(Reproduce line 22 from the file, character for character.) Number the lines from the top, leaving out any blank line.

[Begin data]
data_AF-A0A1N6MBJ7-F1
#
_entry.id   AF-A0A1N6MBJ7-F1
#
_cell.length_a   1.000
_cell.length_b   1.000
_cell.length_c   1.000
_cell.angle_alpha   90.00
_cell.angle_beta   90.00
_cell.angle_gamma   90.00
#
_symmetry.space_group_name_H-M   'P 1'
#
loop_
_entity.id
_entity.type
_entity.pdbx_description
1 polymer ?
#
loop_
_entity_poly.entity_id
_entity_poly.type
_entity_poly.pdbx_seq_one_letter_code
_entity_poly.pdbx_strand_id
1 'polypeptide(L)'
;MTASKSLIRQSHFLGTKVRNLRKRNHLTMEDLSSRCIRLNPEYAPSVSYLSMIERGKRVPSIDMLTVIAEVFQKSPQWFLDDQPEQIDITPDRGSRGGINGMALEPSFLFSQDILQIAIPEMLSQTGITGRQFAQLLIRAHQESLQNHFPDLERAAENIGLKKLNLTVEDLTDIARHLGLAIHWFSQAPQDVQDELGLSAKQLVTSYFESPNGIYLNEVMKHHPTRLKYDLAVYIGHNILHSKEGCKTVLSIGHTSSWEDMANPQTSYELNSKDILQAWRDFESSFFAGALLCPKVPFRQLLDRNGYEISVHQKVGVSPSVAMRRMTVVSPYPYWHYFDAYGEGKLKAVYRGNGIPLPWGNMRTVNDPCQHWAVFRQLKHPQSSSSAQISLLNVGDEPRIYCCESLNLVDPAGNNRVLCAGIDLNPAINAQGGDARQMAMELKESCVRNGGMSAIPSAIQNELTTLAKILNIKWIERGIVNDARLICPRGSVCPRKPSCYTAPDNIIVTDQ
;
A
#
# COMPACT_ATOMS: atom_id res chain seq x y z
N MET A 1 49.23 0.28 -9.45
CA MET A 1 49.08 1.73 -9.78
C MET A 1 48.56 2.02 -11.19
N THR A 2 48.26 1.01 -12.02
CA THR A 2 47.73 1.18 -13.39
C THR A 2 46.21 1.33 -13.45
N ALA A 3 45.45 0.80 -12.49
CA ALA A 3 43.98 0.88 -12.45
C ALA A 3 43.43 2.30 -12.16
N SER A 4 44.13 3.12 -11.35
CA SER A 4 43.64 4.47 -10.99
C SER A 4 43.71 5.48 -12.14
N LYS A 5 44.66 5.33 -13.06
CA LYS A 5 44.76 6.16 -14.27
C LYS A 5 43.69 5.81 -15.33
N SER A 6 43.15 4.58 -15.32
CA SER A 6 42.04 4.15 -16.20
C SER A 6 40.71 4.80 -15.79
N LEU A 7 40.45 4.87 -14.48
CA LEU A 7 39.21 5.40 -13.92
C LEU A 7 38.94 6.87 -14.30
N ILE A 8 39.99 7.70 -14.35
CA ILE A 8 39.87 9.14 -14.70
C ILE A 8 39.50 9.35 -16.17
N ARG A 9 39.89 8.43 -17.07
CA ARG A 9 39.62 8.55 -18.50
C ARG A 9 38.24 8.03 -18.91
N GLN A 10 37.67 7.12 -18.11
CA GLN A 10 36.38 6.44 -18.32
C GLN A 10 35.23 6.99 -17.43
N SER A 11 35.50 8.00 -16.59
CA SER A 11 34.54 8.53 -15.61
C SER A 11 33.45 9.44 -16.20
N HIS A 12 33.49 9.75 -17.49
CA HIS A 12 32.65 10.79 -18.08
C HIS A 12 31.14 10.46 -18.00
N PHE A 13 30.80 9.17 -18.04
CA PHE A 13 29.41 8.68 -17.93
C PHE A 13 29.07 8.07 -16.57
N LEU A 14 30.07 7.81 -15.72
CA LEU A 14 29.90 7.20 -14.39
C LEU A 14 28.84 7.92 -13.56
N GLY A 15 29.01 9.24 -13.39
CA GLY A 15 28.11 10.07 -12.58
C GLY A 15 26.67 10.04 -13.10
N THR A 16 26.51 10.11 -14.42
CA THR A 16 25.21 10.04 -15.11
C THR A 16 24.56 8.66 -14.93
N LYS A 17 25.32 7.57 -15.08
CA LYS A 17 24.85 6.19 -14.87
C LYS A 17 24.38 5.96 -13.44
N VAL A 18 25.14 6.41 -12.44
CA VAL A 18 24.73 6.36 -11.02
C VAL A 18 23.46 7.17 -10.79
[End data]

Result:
_entity_poly.type